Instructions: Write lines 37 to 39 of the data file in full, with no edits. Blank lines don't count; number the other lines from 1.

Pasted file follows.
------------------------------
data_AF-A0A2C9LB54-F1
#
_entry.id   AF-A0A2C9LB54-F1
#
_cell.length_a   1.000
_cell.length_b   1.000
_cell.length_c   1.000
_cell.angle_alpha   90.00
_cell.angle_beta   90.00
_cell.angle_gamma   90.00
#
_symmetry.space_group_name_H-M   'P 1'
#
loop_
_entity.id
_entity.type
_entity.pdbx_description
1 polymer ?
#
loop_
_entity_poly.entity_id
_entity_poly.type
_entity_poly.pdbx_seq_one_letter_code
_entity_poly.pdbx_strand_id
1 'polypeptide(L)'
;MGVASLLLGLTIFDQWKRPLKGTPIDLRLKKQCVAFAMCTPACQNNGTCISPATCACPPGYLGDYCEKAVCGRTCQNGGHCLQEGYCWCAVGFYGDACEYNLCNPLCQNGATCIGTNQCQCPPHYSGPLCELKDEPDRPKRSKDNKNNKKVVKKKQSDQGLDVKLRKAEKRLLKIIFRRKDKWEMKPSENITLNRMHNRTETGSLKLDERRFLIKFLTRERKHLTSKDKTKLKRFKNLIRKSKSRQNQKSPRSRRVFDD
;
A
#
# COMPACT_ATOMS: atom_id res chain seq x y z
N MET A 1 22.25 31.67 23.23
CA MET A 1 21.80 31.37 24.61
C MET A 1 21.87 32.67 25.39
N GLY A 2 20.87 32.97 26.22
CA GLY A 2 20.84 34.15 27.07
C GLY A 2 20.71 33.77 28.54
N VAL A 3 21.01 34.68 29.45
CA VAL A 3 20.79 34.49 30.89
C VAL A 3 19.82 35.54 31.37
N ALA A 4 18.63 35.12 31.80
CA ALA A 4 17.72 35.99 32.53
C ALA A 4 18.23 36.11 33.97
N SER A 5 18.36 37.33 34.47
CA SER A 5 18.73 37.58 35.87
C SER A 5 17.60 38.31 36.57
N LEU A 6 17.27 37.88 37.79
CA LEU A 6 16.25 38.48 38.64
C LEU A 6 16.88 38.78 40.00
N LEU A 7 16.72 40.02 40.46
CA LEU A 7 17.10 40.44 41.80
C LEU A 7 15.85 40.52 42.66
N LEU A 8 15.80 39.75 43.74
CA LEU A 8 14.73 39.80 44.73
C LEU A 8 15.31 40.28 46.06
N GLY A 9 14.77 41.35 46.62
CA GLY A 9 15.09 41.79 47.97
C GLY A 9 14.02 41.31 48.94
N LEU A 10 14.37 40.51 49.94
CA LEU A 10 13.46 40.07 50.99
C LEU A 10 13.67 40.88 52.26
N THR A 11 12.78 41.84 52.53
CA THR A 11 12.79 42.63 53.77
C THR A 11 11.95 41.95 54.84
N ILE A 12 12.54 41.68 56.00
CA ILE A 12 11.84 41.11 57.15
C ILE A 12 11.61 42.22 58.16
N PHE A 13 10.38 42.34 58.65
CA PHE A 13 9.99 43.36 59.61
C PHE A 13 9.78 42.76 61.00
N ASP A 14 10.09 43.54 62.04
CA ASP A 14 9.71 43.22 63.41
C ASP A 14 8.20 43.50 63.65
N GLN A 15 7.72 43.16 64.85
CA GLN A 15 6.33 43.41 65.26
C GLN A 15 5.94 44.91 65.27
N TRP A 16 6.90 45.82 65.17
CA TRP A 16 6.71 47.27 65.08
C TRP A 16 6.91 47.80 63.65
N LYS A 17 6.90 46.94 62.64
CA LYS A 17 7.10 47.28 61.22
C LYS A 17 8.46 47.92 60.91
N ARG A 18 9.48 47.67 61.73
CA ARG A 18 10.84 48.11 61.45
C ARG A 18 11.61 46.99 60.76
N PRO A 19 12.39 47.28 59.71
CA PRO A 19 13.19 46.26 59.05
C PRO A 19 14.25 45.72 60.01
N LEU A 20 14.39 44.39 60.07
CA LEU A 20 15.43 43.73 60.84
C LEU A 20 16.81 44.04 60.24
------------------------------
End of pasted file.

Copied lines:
N VAL A 3 21.01 34.68 29.45
CA VAL A 3 20.79 34.49 30.89
C VAL A 3 19.82 35.54 31.37